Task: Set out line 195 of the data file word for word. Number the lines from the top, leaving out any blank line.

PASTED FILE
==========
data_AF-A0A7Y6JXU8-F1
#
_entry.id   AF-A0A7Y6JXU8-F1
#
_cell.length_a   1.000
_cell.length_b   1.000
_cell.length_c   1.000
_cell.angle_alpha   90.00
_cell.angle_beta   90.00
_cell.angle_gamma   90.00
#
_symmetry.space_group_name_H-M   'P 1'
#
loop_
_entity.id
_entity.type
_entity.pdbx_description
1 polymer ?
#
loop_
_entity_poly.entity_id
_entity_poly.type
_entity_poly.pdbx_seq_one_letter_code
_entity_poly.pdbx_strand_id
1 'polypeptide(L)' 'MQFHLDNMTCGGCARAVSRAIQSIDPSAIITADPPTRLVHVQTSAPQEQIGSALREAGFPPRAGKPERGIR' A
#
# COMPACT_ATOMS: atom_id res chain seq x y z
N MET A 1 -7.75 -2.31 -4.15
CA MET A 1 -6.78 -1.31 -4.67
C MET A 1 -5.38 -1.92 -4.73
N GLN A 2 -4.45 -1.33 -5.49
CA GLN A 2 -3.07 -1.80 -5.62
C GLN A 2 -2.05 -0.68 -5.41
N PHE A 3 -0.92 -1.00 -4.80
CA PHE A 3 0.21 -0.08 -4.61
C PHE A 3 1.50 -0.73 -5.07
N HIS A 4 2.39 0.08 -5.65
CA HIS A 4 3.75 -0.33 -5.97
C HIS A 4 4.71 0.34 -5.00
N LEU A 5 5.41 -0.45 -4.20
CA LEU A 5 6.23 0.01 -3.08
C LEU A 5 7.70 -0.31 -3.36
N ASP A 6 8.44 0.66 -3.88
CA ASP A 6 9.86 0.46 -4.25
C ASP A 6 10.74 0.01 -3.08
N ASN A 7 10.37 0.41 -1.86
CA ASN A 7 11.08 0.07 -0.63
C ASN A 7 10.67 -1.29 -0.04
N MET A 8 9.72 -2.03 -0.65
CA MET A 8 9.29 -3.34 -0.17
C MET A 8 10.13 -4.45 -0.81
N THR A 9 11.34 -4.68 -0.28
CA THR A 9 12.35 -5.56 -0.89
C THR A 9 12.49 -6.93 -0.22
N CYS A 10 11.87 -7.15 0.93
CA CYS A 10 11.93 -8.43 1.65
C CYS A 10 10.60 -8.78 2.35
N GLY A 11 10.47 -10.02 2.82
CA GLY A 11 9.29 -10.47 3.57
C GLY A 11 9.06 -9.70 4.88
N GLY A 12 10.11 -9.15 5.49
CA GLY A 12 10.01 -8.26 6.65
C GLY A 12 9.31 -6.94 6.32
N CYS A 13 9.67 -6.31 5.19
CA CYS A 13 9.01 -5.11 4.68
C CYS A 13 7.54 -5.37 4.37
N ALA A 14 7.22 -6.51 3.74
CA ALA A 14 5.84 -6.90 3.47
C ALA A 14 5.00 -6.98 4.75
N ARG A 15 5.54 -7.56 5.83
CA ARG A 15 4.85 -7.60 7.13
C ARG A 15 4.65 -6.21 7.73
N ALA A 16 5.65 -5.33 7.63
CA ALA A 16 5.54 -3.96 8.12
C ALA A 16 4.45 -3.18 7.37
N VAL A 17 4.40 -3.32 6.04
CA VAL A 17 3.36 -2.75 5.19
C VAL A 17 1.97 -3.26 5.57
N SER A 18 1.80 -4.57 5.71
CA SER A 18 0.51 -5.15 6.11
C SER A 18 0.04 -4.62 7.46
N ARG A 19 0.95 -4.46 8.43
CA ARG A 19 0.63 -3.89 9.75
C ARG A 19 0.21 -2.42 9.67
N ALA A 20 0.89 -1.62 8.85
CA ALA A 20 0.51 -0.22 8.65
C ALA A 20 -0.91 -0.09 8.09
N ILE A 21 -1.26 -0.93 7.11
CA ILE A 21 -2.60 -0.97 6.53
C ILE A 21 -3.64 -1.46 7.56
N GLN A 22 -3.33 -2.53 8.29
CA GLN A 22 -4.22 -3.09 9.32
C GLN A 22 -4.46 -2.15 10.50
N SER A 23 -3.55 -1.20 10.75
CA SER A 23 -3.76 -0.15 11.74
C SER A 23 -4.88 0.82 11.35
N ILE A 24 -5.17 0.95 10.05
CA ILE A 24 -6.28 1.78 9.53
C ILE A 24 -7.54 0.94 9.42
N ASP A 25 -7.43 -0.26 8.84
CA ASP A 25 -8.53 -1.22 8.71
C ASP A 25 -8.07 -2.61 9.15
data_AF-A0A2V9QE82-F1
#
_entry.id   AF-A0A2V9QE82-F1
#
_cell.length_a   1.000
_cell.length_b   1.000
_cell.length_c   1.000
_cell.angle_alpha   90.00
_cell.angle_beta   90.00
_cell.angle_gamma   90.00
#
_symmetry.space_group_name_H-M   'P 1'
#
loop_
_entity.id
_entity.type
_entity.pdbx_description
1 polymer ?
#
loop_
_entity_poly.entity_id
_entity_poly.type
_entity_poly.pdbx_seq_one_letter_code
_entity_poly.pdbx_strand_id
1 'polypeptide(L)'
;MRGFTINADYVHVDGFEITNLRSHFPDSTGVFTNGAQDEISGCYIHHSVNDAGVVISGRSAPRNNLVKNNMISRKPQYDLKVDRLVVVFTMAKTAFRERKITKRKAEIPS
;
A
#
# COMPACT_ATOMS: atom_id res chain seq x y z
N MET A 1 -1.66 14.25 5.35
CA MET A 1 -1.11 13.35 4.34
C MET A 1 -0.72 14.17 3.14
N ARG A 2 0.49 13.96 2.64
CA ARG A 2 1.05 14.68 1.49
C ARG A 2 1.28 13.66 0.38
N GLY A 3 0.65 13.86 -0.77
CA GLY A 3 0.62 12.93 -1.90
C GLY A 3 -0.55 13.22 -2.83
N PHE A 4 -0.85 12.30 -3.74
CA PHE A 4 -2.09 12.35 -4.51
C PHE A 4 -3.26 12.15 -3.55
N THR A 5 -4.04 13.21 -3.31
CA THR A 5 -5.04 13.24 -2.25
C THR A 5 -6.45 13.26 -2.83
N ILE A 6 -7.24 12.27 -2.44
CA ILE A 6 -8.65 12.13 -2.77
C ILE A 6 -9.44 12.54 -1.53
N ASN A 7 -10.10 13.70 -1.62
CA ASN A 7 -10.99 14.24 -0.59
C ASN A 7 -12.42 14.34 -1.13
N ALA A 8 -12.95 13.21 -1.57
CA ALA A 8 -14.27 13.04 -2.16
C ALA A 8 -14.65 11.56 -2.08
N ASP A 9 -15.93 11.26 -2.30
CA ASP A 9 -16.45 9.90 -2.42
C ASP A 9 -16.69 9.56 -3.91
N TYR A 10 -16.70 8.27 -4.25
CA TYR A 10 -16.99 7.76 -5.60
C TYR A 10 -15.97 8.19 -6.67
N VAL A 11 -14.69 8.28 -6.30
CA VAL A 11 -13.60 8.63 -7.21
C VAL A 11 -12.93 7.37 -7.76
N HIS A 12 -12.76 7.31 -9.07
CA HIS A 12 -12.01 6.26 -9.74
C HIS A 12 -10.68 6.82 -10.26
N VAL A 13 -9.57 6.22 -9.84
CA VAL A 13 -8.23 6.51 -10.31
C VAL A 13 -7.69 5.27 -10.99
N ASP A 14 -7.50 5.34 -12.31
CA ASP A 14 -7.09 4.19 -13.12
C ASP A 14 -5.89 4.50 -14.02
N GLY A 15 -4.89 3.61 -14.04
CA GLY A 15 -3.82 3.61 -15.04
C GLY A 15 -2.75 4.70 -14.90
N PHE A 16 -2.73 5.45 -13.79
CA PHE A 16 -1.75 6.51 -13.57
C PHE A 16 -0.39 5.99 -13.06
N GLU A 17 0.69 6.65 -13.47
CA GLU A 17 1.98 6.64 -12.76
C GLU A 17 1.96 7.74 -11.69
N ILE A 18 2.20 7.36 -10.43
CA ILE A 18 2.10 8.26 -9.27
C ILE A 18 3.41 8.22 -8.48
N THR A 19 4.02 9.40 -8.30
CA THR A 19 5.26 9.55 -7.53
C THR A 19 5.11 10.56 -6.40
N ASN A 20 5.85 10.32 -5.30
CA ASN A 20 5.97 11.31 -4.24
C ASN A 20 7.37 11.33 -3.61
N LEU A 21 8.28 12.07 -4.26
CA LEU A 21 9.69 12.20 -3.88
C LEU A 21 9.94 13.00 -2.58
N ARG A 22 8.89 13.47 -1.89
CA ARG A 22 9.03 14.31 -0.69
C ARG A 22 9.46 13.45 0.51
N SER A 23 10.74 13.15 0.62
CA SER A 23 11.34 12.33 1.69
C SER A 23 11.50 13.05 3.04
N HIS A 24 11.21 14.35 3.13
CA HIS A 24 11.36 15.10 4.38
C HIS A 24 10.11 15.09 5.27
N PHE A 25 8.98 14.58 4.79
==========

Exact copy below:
C LEU A 21 9.94 13.00 -2.58